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2007 Program and Abstracts | 2007 Posters
Disorder of Coagulation-Fibrinolysis System in Patients with Severe Acute Pancreatitis
Takahiro Nakajima*1, Takashi Ueda1, Yoshifumi Takeyama2, Takeo Yasuda1, Makoto Shinzeki1, Kozo Takase1, Hidehiro Sawa1, Yoshikazu Kuroda1
1Kobe University Graduate School of Medical Sciences, Kobe, Japan; 2Surgery, Kinki University School of Medicine, Osaka-sayama, Japan

Purpose. It is generally accepted that disorder of coagulation-fibrinolysis system occurs in acute pancreatitis. Patients presenting coagulative abnormalities at the time of admission have high incidence of organ dysfunction and poor prognosis. In severe acute pancreatitis (SAP), coagulative abnormalities could result in the development of disseminated intravascular coagulation (DIC), which is often associated with multiple organ dysfunction syndrome (MODS) through its bleeding tendency and disturbance of tissue microcirculation. Therefore, disorder of coagulation-fibrinolysis system may be an important determinant for the prognosis. This study aimed to investigate the disorder of coagulation-fibrinolysis system in patients with SAPs.Methods. Diagnosis and evaluation of the severity of acute pancreatitis were made according to the Japanese criteria (Japanese severity score; JSS). In the criteria, SAP is defined as JSS >2. The subjects were 145 patients with SAP in our department between 1990 and 2006. We investigated the disorder of coagulation-fibrinolysis system retrospectively. Analyzed factors were platelet count (PLATE), prothrombin time-international normalized ratio (PT-INR), antithrombin III (AT-III), thrombin-antithrombin III complex (TAT), activated protein C (APC), fibrin/fibrinogen degradation products (FDP), D-dimer, plasminogen activator inhibitor-1 (PAI-1), and thrombomodulin (TM). Results. On admission, aberrant rates of Plate, PT-INR, AT-III, TAT, APC, FDP, D-dimer, PAI-1, and TM were 34%, 32%, 41%, 100%, 91%, 78%, 100%, 58%, 58%, respectively, and those of TAT and D-dimer were very high. PLATE was significantly lower in patients with alcoholic pancreatitis than that in non-alcoholic pancreatitis. PT-INR (R=0.404), TAT (R=0.392), and PLATE (R=-0.196) had significantly correlation with JSS. TAT concentration on admission was higher in patients of Stage 3&4 (9 < JSS < 27) (33 ± 14 ng/ml) than Stage 2 (2 < JSS <8) (22 ± 4 ng/ml). PT-INR and TAT in non-survivors (1.4 ± 0.1 and 43 ± 17 pg/ml) were significantly higher than those in survivors (1.1 ± 0.0 and 19 ± 4 pg/ml). Mortality rate in patients with PT-INR > 1.15 on admission (41%) was significantly higher than that in patients PT-INR < 1.15 on admission (16%). Mortality rate in patients with TAT > 45 ng/ml on admission (75%) was significantly higher than that in patients TAT < 45 ng/ml on admission (17%).Conclusions. These results suggest that TAT may be a useful marker for severity and prognosis in SAP. Particularly in patients with TAT > 45 ng/ml on admission, intensive care should be performed in a highly specialized institution, because mortality rate is high.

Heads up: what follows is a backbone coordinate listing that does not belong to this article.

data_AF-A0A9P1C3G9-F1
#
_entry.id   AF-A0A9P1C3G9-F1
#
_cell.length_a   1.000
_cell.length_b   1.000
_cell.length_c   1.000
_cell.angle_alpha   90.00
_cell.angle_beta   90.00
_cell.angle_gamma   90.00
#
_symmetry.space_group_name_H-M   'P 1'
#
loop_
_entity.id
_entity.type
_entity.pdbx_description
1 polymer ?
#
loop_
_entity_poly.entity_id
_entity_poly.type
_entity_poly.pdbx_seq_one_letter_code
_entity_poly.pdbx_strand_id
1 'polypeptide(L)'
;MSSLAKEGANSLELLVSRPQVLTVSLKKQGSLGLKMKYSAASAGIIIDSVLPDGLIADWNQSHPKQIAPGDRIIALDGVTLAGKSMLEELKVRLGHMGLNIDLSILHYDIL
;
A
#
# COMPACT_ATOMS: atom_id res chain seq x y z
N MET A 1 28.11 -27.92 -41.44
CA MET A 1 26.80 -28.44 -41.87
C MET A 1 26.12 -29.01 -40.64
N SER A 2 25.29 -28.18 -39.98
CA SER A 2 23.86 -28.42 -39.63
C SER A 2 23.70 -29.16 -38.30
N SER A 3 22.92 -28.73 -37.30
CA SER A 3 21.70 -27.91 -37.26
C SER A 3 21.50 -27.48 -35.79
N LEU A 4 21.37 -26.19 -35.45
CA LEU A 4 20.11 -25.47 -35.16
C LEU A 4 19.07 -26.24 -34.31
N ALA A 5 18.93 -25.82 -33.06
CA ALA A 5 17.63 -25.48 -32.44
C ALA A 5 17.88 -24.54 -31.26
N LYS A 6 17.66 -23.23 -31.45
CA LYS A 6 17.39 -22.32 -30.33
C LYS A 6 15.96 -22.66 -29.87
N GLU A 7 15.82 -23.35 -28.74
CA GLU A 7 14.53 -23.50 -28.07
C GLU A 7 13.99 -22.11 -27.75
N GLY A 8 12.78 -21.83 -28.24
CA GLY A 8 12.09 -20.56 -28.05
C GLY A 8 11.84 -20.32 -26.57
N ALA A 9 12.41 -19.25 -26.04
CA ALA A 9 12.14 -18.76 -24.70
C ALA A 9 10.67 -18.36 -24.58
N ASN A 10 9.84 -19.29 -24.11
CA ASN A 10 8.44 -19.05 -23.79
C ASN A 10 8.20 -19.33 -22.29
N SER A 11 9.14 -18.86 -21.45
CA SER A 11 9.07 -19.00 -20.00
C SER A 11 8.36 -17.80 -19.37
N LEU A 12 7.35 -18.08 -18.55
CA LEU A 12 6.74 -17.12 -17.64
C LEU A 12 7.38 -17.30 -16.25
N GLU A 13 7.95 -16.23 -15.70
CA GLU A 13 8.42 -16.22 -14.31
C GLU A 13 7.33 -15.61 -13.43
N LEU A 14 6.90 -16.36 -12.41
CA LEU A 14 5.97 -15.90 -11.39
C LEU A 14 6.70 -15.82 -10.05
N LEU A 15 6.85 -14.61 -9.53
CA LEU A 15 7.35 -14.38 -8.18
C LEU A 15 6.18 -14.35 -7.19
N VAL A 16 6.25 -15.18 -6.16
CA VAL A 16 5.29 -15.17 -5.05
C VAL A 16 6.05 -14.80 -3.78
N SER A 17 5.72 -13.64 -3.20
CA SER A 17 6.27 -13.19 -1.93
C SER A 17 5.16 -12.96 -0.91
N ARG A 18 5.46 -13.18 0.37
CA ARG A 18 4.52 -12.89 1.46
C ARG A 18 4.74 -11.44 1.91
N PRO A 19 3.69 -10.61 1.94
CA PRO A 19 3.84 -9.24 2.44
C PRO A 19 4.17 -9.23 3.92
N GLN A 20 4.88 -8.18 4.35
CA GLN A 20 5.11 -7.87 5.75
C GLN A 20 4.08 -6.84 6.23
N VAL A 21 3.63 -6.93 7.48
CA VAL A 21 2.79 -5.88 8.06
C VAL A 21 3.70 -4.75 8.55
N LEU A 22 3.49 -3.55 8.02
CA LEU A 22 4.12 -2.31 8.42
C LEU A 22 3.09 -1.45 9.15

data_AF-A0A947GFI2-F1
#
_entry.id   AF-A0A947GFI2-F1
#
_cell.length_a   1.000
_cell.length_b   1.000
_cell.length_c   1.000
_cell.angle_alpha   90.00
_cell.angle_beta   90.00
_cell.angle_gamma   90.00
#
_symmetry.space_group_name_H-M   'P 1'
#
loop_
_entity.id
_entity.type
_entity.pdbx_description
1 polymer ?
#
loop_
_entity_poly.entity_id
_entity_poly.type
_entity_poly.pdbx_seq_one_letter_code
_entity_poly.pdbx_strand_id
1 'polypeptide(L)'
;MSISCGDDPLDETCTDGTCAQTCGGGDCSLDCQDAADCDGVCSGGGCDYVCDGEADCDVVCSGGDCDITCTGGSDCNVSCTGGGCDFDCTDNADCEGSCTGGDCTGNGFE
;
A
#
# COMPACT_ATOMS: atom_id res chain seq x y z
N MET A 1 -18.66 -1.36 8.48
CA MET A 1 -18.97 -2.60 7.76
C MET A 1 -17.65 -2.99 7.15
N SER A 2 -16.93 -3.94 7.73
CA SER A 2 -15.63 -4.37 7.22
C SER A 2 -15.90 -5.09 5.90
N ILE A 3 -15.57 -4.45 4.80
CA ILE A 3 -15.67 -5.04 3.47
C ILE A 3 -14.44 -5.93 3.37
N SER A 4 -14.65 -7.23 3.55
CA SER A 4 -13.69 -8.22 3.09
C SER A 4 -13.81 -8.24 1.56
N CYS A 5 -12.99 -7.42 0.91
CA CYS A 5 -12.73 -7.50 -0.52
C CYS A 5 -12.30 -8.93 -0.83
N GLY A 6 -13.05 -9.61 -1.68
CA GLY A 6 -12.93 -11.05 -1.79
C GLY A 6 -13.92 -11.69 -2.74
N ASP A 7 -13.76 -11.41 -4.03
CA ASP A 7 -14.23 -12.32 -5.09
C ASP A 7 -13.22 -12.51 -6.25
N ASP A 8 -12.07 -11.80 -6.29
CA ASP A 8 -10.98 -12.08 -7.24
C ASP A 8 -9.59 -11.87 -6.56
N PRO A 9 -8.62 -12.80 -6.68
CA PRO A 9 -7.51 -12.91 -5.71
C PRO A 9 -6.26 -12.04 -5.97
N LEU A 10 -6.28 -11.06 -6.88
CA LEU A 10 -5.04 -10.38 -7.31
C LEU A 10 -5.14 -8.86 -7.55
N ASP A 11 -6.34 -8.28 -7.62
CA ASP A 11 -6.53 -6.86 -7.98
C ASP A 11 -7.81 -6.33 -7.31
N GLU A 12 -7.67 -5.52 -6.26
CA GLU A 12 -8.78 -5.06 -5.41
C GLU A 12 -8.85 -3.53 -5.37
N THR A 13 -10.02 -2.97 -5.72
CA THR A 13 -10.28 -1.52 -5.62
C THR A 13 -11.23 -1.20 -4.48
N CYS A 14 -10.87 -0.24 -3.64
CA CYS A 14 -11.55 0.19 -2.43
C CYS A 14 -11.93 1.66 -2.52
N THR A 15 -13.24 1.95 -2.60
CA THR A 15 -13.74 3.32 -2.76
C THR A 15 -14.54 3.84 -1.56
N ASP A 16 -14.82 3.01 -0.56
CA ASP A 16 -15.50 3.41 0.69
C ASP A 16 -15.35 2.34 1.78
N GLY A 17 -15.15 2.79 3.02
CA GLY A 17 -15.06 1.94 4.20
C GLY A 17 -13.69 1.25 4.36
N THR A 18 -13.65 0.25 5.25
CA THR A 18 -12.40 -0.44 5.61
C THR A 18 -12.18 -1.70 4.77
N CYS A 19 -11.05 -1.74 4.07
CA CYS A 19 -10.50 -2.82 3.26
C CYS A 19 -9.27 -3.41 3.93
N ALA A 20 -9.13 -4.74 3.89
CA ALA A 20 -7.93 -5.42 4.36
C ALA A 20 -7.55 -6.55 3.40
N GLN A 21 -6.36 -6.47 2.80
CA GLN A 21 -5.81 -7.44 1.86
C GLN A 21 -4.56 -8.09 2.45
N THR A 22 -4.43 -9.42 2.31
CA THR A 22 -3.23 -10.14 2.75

2007 Program and Abstracts | 2007 Posters
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